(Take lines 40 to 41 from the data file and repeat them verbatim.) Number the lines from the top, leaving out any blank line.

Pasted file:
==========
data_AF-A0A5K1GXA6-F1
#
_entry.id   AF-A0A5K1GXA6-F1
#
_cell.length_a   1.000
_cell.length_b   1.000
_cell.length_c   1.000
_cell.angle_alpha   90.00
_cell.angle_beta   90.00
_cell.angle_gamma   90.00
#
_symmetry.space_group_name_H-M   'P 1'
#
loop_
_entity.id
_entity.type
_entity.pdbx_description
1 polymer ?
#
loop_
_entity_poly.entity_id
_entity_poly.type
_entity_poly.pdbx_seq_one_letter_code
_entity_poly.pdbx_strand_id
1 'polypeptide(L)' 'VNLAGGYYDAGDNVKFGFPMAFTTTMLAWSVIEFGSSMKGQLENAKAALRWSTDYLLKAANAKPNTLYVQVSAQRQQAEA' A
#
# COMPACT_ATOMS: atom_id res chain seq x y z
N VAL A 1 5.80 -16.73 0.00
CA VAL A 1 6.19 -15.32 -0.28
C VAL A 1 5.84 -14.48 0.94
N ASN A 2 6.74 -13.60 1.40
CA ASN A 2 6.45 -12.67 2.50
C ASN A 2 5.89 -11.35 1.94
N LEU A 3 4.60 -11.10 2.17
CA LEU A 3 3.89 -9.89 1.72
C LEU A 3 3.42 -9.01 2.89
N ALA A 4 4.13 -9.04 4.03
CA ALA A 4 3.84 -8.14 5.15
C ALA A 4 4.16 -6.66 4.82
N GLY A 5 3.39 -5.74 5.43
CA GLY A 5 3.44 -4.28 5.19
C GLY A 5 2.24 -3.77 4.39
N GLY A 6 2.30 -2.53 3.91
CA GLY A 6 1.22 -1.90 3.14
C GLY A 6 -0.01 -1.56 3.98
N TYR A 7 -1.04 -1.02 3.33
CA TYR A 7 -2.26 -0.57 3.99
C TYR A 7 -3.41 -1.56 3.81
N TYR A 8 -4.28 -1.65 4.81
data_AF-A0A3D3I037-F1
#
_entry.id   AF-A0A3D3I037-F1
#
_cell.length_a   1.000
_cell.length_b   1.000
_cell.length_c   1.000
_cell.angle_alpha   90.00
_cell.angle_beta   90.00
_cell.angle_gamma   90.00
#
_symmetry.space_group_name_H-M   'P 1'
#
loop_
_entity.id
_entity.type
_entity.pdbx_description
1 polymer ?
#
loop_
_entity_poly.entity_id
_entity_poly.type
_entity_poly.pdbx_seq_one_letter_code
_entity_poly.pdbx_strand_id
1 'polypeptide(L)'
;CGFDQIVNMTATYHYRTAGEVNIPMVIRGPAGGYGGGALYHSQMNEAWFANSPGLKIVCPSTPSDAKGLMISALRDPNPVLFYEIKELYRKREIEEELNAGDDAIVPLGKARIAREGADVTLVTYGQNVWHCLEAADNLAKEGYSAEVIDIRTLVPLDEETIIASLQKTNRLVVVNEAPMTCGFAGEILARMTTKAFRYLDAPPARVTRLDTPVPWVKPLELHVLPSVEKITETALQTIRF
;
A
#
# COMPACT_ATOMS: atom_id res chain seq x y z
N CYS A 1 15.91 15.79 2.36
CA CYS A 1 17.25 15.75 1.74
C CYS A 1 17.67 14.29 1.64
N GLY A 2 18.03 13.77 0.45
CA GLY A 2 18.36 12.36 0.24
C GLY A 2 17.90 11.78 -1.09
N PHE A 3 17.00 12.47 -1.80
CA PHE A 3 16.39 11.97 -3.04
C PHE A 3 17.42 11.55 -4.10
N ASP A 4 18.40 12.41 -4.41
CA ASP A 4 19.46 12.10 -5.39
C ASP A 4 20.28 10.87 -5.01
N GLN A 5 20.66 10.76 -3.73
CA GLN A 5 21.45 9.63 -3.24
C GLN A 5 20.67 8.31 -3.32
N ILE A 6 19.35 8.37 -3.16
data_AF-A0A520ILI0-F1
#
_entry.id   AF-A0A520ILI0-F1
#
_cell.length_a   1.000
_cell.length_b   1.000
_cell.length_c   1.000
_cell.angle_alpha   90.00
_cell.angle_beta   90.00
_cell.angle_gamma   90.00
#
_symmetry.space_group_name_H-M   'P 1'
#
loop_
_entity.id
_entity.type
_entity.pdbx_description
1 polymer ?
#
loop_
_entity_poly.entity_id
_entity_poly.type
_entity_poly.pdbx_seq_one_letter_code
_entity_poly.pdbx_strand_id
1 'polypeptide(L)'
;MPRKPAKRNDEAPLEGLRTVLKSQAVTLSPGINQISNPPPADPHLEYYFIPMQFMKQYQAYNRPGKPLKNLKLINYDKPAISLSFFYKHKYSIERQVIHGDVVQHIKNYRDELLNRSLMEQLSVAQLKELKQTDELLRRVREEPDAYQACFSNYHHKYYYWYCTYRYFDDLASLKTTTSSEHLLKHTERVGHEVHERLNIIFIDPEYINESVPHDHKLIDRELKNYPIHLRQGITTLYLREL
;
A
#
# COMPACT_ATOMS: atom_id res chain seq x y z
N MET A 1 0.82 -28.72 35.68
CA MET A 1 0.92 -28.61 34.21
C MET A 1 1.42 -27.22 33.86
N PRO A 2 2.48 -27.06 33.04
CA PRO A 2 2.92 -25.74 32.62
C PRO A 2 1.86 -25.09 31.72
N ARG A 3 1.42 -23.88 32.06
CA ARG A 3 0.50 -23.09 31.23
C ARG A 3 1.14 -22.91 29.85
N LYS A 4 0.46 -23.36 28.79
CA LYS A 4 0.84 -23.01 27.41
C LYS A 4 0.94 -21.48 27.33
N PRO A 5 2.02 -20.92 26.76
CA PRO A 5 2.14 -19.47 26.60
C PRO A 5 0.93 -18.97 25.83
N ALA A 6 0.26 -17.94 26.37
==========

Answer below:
N GLY A 5 3.39 -5.74 5.43
CA GLY A 5 3.44 -4.28 5.19